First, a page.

Sacred Cow – Are We Eating Too Much Meat?

That’s the question kemosabe. According to our authors, there is a perception that Americans are eating too much meat. They conjure up the image of a giant T-bone hanging over the side of the plate. Early in this chapter, Rodgers and Wolf also point out that a lot of Americans equate meat with beef. Apparently, poultry, pork and seafood don’t count as meat in a lot of American minds. Is this uniquely American? I grew up in Canada and have lived half my life in the United Kingdom. I’ve never come across this bizarre definition of meat in either country. Maybe it’s just me living in a bubble. In any event, the authors give a proper definition of meat, i.e., animal protein.

Once clarifying what meat actually is, Rodgers and Wolf tackle the question at hand. Their answer? “In reality, we’re not eating anywhere close to 265 pounds of meat per person, per year.” They do a fine job unpicking this much quoted number from the United States Department of Agriculture (USDA), concluding that Americans actually eat 132 pounds per year. Moreover, the USDA’s own data shows Americans are eating far less meat today than they were fifty years ago.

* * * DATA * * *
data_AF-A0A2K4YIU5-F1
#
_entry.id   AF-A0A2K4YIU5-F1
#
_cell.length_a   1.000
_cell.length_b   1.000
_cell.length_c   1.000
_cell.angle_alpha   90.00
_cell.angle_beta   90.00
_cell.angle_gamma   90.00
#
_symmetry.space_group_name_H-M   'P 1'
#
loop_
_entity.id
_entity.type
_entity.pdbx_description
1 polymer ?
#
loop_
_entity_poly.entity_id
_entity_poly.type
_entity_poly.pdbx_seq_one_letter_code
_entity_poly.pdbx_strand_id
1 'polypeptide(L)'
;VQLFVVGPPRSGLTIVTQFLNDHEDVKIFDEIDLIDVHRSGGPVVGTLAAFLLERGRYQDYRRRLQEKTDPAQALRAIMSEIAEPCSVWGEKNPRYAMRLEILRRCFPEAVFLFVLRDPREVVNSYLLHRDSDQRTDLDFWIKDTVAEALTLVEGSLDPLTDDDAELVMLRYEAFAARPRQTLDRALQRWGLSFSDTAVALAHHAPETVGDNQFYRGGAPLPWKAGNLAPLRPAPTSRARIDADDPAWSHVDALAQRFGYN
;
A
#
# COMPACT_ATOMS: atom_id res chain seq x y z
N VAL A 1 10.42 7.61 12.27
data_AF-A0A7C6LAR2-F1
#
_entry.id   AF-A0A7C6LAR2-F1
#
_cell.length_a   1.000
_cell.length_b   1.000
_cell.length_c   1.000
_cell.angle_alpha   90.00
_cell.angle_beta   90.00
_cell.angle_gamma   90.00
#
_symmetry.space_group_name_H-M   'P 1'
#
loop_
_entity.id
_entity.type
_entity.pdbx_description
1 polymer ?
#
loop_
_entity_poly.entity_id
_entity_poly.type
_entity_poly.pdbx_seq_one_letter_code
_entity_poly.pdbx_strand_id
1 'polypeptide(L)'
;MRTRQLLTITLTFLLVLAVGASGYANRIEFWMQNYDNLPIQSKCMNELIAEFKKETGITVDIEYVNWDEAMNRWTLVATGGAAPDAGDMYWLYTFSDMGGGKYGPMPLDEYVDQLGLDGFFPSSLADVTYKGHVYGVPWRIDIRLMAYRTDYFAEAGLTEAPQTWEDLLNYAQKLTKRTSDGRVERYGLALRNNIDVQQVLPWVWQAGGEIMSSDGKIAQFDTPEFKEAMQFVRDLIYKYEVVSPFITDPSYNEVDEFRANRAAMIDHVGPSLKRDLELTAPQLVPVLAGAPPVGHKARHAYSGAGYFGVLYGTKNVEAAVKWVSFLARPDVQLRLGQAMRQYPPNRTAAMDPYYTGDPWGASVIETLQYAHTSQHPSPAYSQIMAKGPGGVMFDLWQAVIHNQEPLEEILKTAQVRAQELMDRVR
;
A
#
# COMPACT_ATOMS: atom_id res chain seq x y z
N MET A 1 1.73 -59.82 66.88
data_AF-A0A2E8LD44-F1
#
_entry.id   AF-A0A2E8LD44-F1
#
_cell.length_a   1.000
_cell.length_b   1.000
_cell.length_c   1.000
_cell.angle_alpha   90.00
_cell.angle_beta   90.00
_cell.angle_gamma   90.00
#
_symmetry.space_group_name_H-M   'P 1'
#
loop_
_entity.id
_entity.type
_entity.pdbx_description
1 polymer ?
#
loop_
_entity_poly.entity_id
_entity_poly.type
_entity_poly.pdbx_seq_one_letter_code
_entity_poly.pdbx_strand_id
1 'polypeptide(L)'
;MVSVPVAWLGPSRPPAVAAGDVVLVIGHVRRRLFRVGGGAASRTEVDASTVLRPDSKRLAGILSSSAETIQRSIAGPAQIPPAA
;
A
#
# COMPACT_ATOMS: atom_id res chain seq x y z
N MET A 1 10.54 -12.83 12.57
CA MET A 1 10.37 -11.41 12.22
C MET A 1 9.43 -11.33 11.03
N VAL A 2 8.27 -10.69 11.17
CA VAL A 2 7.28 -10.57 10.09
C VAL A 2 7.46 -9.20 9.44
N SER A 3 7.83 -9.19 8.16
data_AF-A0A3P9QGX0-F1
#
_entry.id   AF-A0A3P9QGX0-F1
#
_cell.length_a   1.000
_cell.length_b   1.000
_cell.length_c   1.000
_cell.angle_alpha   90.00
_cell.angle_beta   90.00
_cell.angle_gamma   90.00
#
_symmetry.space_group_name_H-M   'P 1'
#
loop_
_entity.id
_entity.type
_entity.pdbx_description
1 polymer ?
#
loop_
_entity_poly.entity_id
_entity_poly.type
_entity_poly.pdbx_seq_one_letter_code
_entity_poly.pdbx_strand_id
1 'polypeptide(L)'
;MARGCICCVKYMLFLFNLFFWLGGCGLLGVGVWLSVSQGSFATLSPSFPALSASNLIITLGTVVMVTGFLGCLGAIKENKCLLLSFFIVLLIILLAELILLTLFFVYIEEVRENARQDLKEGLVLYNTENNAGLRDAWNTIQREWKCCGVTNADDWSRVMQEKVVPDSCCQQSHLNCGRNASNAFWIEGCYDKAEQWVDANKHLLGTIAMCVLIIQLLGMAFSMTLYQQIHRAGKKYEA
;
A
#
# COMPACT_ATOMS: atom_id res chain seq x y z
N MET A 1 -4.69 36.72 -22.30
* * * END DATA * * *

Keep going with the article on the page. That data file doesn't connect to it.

So how much meat should we eat? Well, after taking us through a lot of data (US Dietary Guidelines, the Center of Disease Control, AMDR) they arrive at 30 percent of total calories or around 100 grams of meat protein a day. What about plant protein? They’ll address that one farther down the road.

Conclusion

They are already preaching to the converted with me. The vast majority of my calories comes from fat and protein. This chapter, nevertheless, is a bit dry. It’s got a lot of statistics, and it gives me the impression they’re laying the foundation to make their big case for meat later in the book. This chapter is more of an exercise in debunking myths that many Americans hold in their heads. Still, if most Americans think they are eating too much meat, they need debunking. As the authors state at the end of the chapter:

“We hope you understand now that the idea of “too much” is not based on science, but more likely on a “feeling” that meat is, by nature, gluttonous and unhealthy…We aren’t eating “too much,” and even the RDA of protein might not be enough for our needs.”

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